FleCSI provides the `equal_map` utility for dividing indices as equally as possible among colors. The following helper function, still within the `flaxpy` namespace, handles mapping `vector_length` number of indices (see Preliminaries above) onto a given number of colors:

```inline flecsi::util::equal_map
divide_indices_among_colors(flecsi::Color ncolors) {
return {vector_length.value(), ncolors};
}

// Define a distributed vector type called dist_vector as a specialization
```

Given that helper function, constructing a specialization of `user` is trivial. FLAXPY names its specialization (still within the `flaxpy` namespace) `dist_vector`:

```struct dist_vector
: flecsi::topo::specialization<flecsi::topo::user, dist_vector> {
// Return the number of indices to assign to each color.
static coloring color() {
// Specify one color per process, and distribute indices accordingly.
std::vector<std::size_t> ret;
for(auto c : divide_indices_among_colors(flecsi::processes()))
ret.push_back(c.size());
return ret;
}
};
```

Note that the specialization is responsible for choosing the number of colors. `dist_vector`’s `color` method queries FleCSI for the number of processes and uses that value for the color count.

At this point we have what is effectively a distributed 1-D vector data type that is templated over the element type. The next step is to specify the element type. In FleCSI, each element of a data structure comprises one or more fields. One can think of fields as named columns in a tabular representation of data. FLAXPY adds two fields of type `double`: `x_field` and `y_field`. These are added outside of the `flaxpy` namespace, in an anonymous namespace. `flaxpy.cc` uses this anonymous namespace to indicate that its contents are meaningful only locally and not needed by the rest of the application.

```// For clarity we specify flecsi::data::layout::dense as a template
// parameter, but this is in fact the default and would normally be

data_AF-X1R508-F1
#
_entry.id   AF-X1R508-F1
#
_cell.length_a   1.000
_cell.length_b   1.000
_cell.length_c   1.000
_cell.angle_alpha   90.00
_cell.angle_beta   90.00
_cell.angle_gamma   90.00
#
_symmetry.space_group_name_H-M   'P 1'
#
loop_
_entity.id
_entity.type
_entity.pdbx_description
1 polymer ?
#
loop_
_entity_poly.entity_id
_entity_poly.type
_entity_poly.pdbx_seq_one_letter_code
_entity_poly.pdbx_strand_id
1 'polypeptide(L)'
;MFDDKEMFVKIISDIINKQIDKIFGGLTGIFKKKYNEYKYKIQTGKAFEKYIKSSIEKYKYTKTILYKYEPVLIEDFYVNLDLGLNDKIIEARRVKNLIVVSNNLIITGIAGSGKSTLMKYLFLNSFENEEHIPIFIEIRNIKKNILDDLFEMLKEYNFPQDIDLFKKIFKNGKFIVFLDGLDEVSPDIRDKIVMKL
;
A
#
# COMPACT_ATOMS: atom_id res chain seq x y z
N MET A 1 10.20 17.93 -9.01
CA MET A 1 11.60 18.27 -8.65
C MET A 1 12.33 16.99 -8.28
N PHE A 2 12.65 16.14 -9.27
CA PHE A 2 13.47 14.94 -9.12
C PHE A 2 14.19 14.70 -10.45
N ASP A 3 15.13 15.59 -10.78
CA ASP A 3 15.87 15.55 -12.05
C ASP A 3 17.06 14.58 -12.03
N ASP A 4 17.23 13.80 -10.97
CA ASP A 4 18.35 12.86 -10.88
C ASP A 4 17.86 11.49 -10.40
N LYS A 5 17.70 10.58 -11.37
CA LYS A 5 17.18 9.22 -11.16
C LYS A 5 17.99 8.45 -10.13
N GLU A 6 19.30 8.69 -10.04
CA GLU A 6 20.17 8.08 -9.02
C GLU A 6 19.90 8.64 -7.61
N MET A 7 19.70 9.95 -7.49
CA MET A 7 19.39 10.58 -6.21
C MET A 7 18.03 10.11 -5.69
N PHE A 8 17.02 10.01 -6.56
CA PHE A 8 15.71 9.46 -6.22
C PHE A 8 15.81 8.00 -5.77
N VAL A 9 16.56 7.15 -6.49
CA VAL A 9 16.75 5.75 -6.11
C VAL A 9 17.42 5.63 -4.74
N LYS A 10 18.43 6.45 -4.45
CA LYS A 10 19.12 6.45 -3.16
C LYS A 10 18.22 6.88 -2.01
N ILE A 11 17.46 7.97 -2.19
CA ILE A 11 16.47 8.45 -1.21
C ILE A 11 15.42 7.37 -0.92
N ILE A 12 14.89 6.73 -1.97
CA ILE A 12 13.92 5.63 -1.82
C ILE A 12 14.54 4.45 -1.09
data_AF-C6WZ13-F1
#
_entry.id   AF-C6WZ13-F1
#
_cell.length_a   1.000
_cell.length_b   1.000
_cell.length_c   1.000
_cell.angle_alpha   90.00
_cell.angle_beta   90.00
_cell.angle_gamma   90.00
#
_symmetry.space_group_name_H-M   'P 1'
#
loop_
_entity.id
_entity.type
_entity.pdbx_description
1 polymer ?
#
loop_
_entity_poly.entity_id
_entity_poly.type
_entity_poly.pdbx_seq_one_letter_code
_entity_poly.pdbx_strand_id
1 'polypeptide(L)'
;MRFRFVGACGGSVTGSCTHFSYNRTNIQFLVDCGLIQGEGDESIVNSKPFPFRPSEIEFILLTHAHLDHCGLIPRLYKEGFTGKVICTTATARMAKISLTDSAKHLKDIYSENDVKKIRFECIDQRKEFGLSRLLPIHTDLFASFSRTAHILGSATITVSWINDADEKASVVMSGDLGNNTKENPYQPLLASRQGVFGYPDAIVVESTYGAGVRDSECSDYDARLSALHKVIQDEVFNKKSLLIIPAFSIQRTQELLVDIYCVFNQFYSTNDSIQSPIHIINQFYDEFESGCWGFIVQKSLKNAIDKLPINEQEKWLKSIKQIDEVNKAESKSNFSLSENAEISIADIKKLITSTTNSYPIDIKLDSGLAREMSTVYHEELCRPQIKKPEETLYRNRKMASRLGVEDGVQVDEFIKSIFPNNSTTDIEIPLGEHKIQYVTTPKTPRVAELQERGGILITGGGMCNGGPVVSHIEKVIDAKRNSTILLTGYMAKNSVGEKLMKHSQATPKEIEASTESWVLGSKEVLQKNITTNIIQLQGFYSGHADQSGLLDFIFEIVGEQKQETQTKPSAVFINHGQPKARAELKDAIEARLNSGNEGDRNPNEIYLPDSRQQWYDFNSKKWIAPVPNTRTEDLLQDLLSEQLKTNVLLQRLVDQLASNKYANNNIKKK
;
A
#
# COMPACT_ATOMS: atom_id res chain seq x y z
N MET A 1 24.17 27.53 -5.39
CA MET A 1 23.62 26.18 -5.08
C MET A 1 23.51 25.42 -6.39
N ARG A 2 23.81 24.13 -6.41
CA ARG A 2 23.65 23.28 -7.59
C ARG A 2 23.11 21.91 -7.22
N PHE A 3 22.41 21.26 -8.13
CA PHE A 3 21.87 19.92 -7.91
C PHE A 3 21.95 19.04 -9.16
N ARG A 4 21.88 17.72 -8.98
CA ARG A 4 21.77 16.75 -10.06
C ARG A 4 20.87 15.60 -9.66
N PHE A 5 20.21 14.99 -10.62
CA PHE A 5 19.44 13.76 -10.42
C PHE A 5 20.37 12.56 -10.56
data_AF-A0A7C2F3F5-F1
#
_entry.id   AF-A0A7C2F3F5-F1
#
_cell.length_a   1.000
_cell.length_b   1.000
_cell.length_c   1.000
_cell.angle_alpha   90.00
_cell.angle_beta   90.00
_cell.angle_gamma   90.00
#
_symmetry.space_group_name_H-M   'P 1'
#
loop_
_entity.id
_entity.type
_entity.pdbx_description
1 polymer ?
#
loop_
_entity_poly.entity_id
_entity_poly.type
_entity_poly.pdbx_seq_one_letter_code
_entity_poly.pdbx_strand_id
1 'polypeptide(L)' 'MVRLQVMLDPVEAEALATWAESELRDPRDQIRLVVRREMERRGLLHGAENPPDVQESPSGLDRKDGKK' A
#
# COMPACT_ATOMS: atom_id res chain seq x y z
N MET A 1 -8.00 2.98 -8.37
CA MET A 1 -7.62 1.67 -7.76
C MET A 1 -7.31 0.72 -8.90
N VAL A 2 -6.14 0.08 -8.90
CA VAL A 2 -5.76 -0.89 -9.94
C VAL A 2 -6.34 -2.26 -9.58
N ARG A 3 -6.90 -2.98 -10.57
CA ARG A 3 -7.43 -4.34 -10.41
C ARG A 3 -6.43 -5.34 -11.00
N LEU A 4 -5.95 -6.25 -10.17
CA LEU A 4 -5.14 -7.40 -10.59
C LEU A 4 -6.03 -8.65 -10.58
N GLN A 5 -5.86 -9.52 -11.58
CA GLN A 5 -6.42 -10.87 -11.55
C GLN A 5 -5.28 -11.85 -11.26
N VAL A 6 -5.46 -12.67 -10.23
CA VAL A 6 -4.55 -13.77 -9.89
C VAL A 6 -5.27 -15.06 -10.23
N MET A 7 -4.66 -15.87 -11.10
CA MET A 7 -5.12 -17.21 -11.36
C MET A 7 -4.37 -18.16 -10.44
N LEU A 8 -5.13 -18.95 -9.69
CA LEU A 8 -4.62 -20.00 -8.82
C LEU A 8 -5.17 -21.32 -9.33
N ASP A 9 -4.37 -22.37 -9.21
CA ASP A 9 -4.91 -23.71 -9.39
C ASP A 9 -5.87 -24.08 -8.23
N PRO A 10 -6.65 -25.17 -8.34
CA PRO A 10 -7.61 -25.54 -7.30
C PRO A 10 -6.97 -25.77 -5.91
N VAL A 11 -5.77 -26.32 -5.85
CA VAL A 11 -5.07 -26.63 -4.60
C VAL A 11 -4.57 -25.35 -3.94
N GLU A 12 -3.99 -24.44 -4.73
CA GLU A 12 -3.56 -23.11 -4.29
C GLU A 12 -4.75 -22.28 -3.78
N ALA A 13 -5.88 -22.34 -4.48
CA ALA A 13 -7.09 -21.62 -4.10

// omitted.
template<typename T>
using one_field = flecsi::field<T, flecsi::data::layout::dense>;
const one_field<double>::definition<flaxpy::dist_vector> x_field, y_field;
```

`one_field` is defined in the above to save typing, both here and in task definitions (see Tasks below).

Specializations typically require run-time information to produce a usable object. This information may not be available until a number of libraries (FleCSI, Legion, MPI, and the like) have initialized and perhaps synchronized across a distributed system. To allow the lifetime of these objects to be controlled properly, FleCSI imposes a particular means of instantiating a specialization based on what it calls slots. The (topology) slot that will be used within FLAXPY’s Actions are defined within the control policy (discussed next).

## Control flow

Recall from the Control Model section that a FleCSI application’s control flow is defined in terms of a control pointactiontask hierarchy. FLAXPY’s overall control flow is illustrated in Fig. 9. The control points of the Control model are drawn as white rounded rectangles; actions are drawn as blue ellipses; and tasks are drawn as green rectangles. As indicated by the figure, FLAXPY is a simple application and uses a trivial sequence of control points (no looping), trivial DAGs of actions (comprising a single node apiece), and trivial task launches (only one per action).

The bulk of this section is presented in top-down fashion. That is, function invocations are presented in advance of the functions themselves. With the exception of the code appearing in the Control model section, all of the control-flow code listed below appears in an anonymous namespace, again, to indicate that it is meaningful only locally and not needed by the rest of the application.

### Control model

FLAXPY defines three control points: `initialize`, `mul_add`, and `finalize`. These are introduced via an enumerated type, which FLAXPY calls `cp` and defines within the `flaxpy` namespace: